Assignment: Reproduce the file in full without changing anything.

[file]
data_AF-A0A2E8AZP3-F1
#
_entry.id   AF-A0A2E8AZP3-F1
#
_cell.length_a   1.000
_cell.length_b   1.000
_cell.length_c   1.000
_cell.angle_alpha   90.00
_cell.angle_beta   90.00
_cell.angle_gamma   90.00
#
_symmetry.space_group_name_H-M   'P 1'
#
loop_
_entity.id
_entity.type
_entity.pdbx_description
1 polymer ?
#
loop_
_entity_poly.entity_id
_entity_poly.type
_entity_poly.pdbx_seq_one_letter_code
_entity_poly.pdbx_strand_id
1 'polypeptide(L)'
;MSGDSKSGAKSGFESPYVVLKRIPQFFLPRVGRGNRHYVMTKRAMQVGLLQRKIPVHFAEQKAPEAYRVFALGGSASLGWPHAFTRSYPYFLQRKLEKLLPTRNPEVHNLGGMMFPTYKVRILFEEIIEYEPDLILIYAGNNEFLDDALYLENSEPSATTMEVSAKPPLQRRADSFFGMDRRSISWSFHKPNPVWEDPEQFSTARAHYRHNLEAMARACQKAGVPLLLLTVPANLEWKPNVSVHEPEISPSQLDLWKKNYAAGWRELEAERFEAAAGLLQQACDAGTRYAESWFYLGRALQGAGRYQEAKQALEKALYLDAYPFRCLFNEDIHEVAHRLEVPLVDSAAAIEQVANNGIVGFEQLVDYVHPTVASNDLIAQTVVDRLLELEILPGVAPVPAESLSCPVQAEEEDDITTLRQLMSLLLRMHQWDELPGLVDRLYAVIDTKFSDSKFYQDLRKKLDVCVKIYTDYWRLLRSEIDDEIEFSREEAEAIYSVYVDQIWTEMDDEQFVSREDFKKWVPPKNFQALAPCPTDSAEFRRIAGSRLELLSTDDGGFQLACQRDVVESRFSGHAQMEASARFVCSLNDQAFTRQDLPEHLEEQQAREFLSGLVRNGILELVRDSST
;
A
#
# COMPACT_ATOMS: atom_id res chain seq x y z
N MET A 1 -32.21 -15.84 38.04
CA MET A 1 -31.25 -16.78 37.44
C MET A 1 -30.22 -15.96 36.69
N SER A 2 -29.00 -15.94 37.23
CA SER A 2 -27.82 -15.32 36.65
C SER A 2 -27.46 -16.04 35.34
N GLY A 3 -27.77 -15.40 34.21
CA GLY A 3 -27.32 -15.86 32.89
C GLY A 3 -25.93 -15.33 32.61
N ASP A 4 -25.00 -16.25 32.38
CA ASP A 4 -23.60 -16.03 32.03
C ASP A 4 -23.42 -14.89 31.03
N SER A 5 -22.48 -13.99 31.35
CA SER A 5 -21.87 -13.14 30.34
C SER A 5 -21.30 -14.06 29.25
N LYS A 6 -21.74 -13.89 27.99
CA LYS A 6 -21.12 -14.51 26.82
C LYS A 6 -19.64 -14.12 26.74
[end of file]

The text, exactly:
data_AF-A0A2E8AZP3-F1
#
_entry.id   AF-A0A2E8AZP3-F1
#
_cell.length_a   1.000
_cell.length_b   1.000
_cell.length_c   1.000
_cell.angle_alpha   90.00
_cell.angle_beta   90.00
_cell.angle_gamma   90.00
#
_symmetry.space_group_name_H-M   'P 1'
#
loop_
_entity.id
_entity.type
_entity.pdbx_description
1 polymer ?
#
loop_
_entity_poly.entity_id
_entity_poly.type
_entity_poly.pdbx_seq_one_letter_code
_entity_poly.pdbx_strand_id
1 'polypeptide(L)'
;MSGDSKSGAKSGFESPYVVLKRIPQFFLPRVGRGNRHYVMTKRAMQVGLLQRKIPVHFAEQKAPEAYRVFALGGSASLGWPHAFTRSYPYFLQRKLEKLLPTRNPEVHNLGGMMFPTYKVRILFEEIIEYEPDLILIYAGNNEFLDDALYLENSEPSATTMEVSAKPPLQRRADSFFGMDRRSISWSFHKPNPVWEDPEQFSTARAHYRHNLEAMARACQKAGVPLLLLTVPANLEWKPNVSVHEPEISPSQLDLWKKNYAAGWRELEAERFEAAAGLLQQACDAGTRYAESWFYLGRALQGAGRYQEAKQALEKALYLDAYPFRCLFNEDIHEVAHRLEVPLVDSAAAIEQVANNGIVGFEQLVDYVHPTVASNDLIAQTVVDRLLELEILPGVAPVPAESLSCPVQAEEEDDITTLRQLMSLLLRMHQWDELPGLVDRLYAVIDTKFSDSKFYQDLRKKLDVCVKIYTDYWRLLRSEIDDEIEFSREEAEAIYSVYVDQIWTEMDDEQFVSREDFKKWVPPKNFQALAPCPTDSAEFRRIAGSRLELLSTDDGGFQLACQRDVVESRFSGHAQMEASARFVCSLNDQAFTRQDLPEHLEEQQAREFLSGLVRNGILELVRDSST
;
A
#
# COMPACT_ATOMS: atom_id res chain seq x y z
N MET A 1 -32.21 -15.84 38.04
CA MET A 1 -31.25 -16.78 37.44
C MET A 1 -30.22 -15.96 36.69
N SER A 2 -29.00 -15.94 37.23
CA SER A 2 -27.82 -15.32 36.65
C SER A 2 -27.46 -16.04 35.34
N GLY A 3 -27.77 -15.40 34.21
CA GLY A 3 -27.32 -15.86 32.89
C GLY A 3 -25.93 -15.33 32.61
N ASP A 4 -25.00 -16.25 32.38
CA ASP A 4 -23.60 -16.03 32.03
C ASP A 4 -23.42 -14.89 31.03
N SER A 5 -22.48 -13.99 31.35
CA SER A 5 -21.87 -13.14 30.34
C SER A 5 -21.30 -14.06 29.25
N LYS A 6 -21.74 -13.89 27.99
CA LYS A 6 -21.12 -14.51 26.82
C LYS A 6 -19.64 -14.12 26.74